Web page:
Last year was a brutal one for the oil industry. The COVID-19 outbreak torpedoed oil demand, forcing producers to reduce their output. That impacted the flow of oil going through pipeline systems, weighing on the cash flow of MLP Plains All American Pipeline (NASDAQ:PAA), as evidenced by its recent fourth-quarter earnings report. That put pressure on its unit price -- which has plunged more than 45% over the past year -- and pushed its dividend yield up to 7.8%. 

However, the oil pipeline company believes its valuation has fallen too far given the cash flow generating capability of its midstream operations. It's accelerating its strategy to bolster its value.

Drilling down into Plains All American Pipeline's fourth-quarter results

Metric

Q4 2020

Q4 2019

Year-Over-Year Change

Adjusted EBITDA

$559 million

$860 million

(35%)

Distributable cash flow (DCF)

$326 million

$525 million

(37.9%)

DCF per unit

$0.46

$0.71

(35.2%)

Data source: Plains All American Pipeline. 

The fourth quarter was brutal for Plains All American Pipeline, as that table shows. It marked the end of a rough year for the oil pipeline operator as its adjusted EBITDA and DCF both declined by more than 30%. Weakness across all three of its operating units weighed on the oil pipeline MLP:

Plains All American Pipeline's earnings in the fourth quarter of 2020 and 2019.

Data source: Plains All American Pipeline. Chart by the author.

As that chart shows, Plains All American's transportation earnings fell 15% during the quarter, pushing its full-year total down by 6%. Lower volumes because of weaker oil prices were to blame, as it reduced the number of new wells its customers completed last year. Asset sales also had a slight impact. Adjusting for asset sales, transportation earnings would have declined 14% during the fourth quarter and 5% for the full year.

Facilities earnings dipped 2% during the quarter, though they were up 4% for the full year. Decreased activity at some of its rail terminals due to unfavorable market conditions dragged down the segment. The other issue was asset sales. Adjusting for those sales, earnings from its facilities would have increased by 7% during the fourth quarter and full-year thanks to its cost-savings initiatives and increased capacity at its crude oil storage terminals.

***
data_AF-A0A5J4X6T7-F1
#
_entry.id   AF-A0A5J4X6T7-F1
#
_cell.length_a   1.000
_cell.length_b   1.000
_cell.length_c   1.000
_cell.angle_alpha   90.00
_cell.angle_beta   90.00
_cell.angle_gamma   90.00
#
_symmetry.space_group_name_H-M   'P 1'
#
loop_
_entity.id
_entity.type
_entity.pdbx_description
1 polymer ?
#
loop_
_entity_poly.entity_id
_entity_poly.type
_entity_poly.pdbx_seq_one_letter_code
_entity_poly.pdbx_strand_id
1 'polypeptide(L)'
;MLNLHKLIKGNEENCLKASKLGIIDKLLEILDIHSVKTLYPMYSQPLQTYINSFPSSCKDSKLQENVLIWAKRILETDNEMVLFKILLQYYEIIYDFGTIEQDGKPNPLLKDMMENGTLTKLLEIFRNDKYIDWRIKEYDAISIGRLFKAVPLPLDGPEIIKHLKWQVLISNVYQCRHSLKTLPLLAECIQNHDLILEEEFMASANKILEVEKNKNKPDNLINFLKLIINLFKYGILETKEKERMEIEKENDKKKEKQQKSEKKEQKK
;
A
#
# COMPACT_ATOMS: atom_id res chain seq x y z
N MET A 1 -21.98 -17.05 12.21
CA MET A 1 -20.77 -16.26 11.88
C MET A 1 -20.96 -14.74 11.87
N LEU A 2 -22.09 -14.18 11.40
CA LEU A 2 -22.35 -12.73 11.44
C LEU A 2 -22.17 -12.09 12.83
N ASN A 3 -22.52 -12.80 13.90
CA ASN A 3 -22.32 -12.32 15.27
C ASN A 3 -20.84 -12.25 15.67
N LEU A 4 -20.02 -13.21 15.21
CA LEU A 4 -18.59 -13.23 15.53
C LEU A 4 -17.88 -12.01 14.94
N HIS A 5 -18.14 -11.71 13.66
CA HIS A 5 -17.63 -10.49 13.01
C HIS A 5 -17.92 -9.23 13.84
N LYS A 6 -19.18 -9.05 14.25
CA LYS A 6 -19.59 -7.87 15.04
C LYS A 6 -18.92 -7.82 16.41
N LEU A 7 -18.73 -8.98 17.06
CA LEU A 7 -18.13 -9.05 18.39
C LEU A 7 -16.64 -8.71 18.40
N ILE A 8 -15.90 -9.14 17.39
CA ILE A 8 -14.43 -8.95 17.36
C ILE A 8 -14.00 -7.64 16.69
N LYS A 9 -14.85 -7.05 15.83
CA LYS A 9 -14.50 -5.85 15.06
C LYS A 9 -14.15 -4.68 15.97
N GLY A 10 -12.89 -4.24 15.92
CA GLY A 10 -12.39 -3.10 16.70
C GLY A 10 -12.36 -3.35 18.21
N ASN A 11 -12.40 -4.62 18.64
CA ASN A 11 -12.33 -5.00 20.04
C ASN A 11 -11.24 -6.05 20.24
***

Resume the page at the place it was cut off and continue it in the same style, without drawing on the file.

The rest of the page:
Finally, earnings from the company's supply and logistics activities plunged 98% during the fourth quarter and 74% for the full year. The culprit was a much narrower gap between the price the company could buy oil for in production basins and the price the company could charge when selling it at market centers.

A rising stack of coins next to a chart of years.

Image source: Getty Images.

A look at what's ahead for Plains All American Pipeline

Plains All American anticipates that many of the headwinds it faced last year will remain in 2021. The MLP expects to generate about $2.15 billion of adjusted EBITDA this year and roughly $1.29 billion of DCF, down 16% and 23%, respectively, from 2020's levels. The biggest headwind will be the continuation of weak market conditions on its supply and logistics business, which will cause those earnings to tumble another 76%. Meanwhile, asset sales and other issues will also weigh on the transportation and facilities segments.

The pipeline company plans to sell roughly $750 million in assets this year, an increase of $150 million from its initial target and up from about $450 million in 2020. It's boosting its asset sale program to generate more cash in 2021, giving it the flexibility to pay down additional debt and repurchase more shares. Overall, the company expects to have more than $1 billion at its disposal, which includes the $300 million in excess cash flow it anticipates producing after covering its distribution and $425 million capital spending program and the proceeds from asset sales.

The MLP plans to allocate about 75% of those funds toward debt reduction, with the balance likely going toward buying back its beaten-down units. Thus, the $150 million of incremental asset sales it plans to complete in 2021 implies it can buy back an additional $37.5 million of its units this year, or about $262.5 million overall. Driving those incremental repurchases is the deep discount in Plains All American Pipeline's valuation. The MLP expects to generate $1.82 per unit in cash this year, yet its units trade at less than $9 apiece, implying that it sells for a bottom-of-the-barrel valuation of less than five times its cash flow.

That allocation percentage will start shifting in 2022 as debt comes down, giving it more flexibility to return cash to investors through additional unit repurchases. After covering its current dividend, it expects its excess funds will rise as it wraps up its current expansion program and those projects start generating cash. At the same time, investment spending will decline to a range of $200 million to $300 million in 2022 and beyond since the oil industry likely won't need too much new infrastructure any time soon.

An insanely cheap pipeline stock

There's no doubt that the current turbulence in the oil market is affecting Plains All American. However, the company still generates lots of cash. It will likely continue doing so for years because it operates in one of the world's lowest-cost oil basins. It has the funds to continue paying its high-yielding dividend and start repurchasing its dirt-cheap units. Those dual fuels could combine to generate big-time total returns in the coming years as the oil market recovers.

This article represents the opinion of the writer, who may disagree with the “official” recommendation position of a Motley Fool premium advisory service. We’re motley! Questioning an investing thesis -- even one of our own -- helps us all think critically about investing and make decisions that help us become smarter, happier, and richer.